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The Cost of being Unprepared


The Cost of Being Unprepared

Could your business ever experience a computer outage, hardware failure, or data loss?   The obvious answer is yes, of course this could happen.

Then consider these questions: What will it take for your business to recover from a computer outage, hardware failure, or data loss?  How much time will it take to fully restore critical processes?  At what point will an incident become a major disruption?

In the case of IT systems, the cost of disruption is very high.  Various studies have examined exactly how costly, but this statistic from SCORE seems to capture it best: 70% of small firms that experience a major data loss go out of business within a year.

One reason behind this startling statistic is businesses have become more dependent upon IT systems and data networks over time.  Processes such as accounting, point-of-sale, e-mail, client scheduling, and service databases, not to mention the electronic storage of vital documents, have been increasingly deployed throughout businesses large and small.

Understanding the extent to which your business is dependent upon the continual operation of these systems and the availability of this information has become vitally important.  Prudent managers periodically re-examine all of their business processes for potential disruptions and make plans to eliminate or avoid those risks.  Preparedness can be the difference between a minor inconvenience and a crippling blow to your business.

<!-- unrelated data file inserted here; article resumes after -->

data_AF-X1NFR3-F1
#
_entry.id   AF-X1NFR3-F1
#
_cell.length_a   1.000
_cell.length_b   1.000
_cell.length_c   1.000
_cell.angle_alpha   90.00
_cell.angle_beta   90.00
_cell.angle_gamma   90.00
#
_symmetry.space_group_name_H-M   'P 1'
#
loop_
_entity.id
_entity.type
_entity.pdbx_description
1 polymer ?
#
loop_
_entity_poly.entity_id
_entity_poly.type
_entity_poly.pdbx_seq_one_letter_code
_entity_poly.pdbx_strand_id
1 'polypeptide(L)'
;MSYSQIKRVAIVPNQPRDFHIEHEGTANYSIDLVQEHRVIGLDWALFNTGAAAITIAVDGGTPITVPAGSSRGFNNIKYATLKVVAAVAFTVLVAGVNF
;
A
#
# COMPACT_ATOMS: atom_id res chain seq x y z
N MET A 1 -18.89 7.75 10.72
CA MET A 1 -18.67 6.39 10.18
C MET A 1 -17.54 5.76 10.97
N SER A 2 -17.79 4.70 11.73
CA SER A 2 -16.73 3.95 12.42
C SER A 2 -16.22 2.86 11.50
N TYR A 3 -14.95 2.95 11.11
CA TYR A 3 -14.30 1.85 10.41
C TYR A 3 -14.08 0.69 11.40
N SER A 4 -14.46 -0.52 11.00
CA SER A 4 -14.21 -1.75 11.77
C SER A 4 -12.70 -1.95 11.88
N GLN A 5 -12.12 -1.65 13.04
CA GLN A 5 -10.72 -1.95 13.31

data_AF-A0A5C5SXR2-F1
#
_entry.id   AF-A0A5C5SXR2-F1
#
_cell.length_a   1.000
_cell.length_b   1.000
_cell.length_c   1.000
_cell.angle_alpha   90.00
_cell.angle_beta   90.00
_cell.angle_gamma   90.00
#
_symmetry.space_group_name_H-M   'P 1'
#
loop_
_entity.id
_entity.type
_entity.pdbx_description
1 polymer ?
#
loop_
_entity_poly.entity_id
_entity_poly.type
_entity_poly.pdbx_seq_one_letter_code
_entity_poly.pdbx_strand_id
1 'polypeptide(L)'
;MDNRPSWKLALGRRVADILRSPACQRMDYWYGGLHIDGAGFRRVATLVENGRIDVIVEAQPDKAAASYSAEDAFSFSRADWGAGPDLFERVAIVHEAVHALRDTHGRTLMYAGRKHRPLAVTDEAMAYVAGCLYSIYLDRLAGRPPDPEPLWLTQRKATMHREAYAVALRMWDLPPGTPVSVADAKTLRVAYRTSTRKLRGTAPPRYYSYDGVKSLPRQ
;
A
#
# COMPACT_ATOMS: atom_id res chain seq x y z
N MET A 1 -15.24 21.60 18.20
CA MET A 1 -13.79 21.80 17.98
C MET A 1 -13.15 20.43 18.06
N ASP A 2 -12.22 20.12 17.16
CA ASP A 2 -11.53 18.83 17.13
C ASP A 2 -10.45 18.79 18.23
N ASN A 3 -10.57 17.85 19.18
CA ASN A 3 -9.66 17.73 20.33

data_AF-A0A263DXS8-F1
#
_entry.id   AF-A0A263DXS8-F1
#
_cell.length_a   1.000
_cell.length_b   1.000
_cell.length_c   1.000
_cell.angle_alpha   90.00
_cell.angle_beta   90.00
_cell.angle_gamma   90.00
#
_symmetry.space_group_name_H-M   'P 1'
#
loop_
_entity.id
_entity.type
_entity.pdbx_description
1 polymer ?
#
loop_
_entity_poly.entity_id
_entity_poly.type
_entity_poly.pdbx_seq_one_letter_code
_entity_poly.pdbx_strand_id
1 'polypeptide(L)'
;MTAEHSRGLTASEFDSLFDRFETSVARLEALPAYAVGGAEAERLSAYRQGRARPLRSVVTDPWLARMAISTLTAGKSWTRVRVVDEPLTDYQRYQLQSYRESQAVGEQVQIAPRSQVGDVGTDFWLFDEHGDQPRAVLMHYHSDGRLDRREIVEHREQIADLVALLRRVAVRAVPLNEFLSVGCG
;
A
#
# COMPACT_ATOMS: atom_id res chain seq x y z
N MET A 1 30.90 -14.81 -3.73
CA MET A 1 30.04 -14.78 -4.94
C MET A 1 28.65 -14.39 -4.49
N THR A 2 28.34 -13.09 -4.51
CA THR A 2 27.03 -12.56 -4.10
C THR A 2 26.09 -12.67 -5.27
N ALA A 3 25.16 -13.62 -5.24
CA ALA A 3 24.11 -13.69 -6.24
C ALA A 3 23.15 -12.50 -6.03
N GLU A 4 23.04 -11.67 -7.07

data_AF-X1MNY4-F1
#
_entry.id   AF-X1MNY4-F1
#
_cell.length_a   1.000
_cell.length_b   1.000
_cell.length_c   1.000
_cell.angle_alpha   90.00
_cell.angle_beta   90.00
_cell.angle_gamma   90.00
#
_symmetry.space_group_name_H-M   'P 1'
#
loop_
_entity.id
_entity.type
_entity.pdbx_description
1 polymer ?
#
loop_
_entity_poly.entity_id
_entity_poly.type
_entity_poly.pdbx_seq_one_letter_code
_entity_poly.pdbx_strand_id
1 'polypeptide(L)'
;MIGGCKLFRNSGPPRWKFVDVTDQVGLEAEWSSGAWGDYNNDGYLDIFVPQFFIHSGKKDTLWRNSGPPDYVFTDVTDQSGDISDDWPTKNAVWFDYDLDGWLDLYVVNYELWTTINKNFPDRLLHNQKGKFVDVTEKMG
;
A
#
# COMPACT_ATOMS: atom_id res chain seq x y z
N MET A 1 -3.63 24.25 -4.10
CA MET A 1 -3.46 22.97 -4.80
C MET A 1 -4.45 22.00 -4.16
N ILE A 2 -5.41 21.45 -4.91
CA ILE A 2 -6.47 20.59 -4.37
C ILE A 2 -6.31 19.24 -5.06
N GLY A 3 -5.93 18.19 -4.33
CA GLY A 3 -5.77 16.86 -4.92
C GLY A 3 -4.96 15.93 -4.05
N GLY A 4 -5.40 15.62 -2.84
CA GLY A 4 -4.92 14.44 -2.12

Business Interruption and Impact

Equipment failure, physical damage, or software corruption (either intentional or accidental) are some of the causes of an IT systems failure.  Sometimes potential failures can be identified in advance through systems monitoring and corrected with minimal disruption to your business.  But as often as not, IT systems fail without warning, bringing every associated process to a complete halt.

A detailed and thorough risk assessment will provide a comprehensive understanding of the risks associated with potential business interruption caused by an IT system failure.  However, a quicker method of calculating your exposure is a useful guide.

First, determine the annual revenue associated with the business process.  This can be estimated as a percent of total revenue.  For example, a retailer may have 70% of sales revenue from a physical store front and the other 30% from online sales.  If only the point-of-sale system in the physical store is being analyzed, then 70% of the store’s total revenue number can be used as an estimate.  (Of course, if the online sales functions are part of the same IT infrastructure, then 100% of revenue should be used).

Next, divide the Annual Revenue by the annual number of work hours (e.g., 2,600 for a business with five, ten-hour days; higherfor retailers and others with longer hours).  This will yield the average Hourly Revenue rate.

Hourly Revenue Rate

Time to Recover

The amount of time needed to recover from an IT systems failure and return the business to normal operations is a key consideration.  The first step in understanding the tolerance for downtime is to determine the accumulation of lost revenue and costs associated with the downtime.